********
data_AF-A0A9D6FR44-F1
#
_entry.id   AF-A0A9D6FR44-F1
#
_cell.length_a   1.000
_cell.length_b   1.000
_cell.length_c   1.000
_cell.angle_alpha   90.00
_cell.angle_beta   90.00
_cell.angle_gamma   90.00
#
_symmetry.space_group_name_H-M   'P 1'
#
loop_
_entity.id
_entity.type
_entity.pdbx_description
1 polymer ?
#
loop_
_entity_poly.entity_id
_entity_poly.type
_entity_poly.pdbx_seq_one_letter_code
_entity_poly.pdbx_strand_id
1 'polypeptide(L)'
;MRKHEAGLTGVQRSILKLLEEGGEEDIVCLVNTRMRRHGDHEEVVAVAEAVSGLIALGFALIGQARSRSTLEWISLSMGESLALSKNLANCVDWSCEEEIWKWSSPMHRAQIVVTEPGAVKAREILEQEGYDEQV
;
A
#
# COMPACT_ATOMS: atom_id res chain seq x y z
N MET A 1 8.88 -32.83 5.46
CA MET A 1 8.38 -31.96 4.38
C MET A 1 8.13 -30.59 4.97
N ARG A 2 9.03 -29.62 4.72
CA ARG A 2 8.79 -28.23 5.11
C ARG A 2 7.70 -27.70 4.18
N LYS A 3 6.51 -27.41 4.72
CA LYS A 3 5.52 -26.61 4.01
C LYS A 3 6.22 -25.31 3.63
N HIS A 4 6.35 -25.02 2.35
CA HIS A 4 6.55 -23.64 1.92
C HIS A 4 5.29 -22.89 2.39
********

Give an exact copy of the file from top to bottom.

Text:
data_AF-A0A9D6FR44-F1
#
_entry.id   AF-A0A9D6FR44-F1
#
_cell.length_a   1.000
_cell.length_b   1.000
_cell.length_c   1.000
_cell.angle_alpha   90.00
_cell.angle_beta   90.00
_cell.angle_gamma   90.00
#
_symmetry.space_group_name_H-M   'P 1'
#
loop_
_entity.id
_entity.type
_entity.pdbx_description
1 polymer ?
#
loop_
_entity_poly.entity_id
_entity_poly.type
_entity_poly.pdbx_seq_one_letter_code
_entity_poly.pdbx_strand_id
1 'polypeptide(L)'
;MRKHEAGLTGVQRSILKLLEEGGEEDIVCLVNTRMRRHGDHEEVVAVAEAVSGLIALGFALIGQARSRSTLEWISLSMGESLALSKNLANCVDWSCEEEIWKWSSPMHRAQIVVTEPGAVKAREILEQEGYDEQV
;
A
#
# COMPACT_ATOMS: atom_id res chain seq x y z
N MET A 1 8.88 -32.83 5.46
CA MET A 1 8.38 -31.96 4.38
C MET A 1 8.13 -30.59 4.97
N ARG A 2 9.03 -29.62 4.72
CA ARG A 2 8.79 -28.23 5.11
C ARG A 2 7.70 -27.70 4.18
N LYS A 3 6.51 -27.41 4.72
CA LYS A 3 5.52 -26.61 4.01
C LYS A 3 6.22 -25.31 3.63
N HIS A 4 6.35 -25.02 2.35
CA HIS A 4 6.55 -23.64 1.92
C HIS A 4 5.29 -22.89 2.39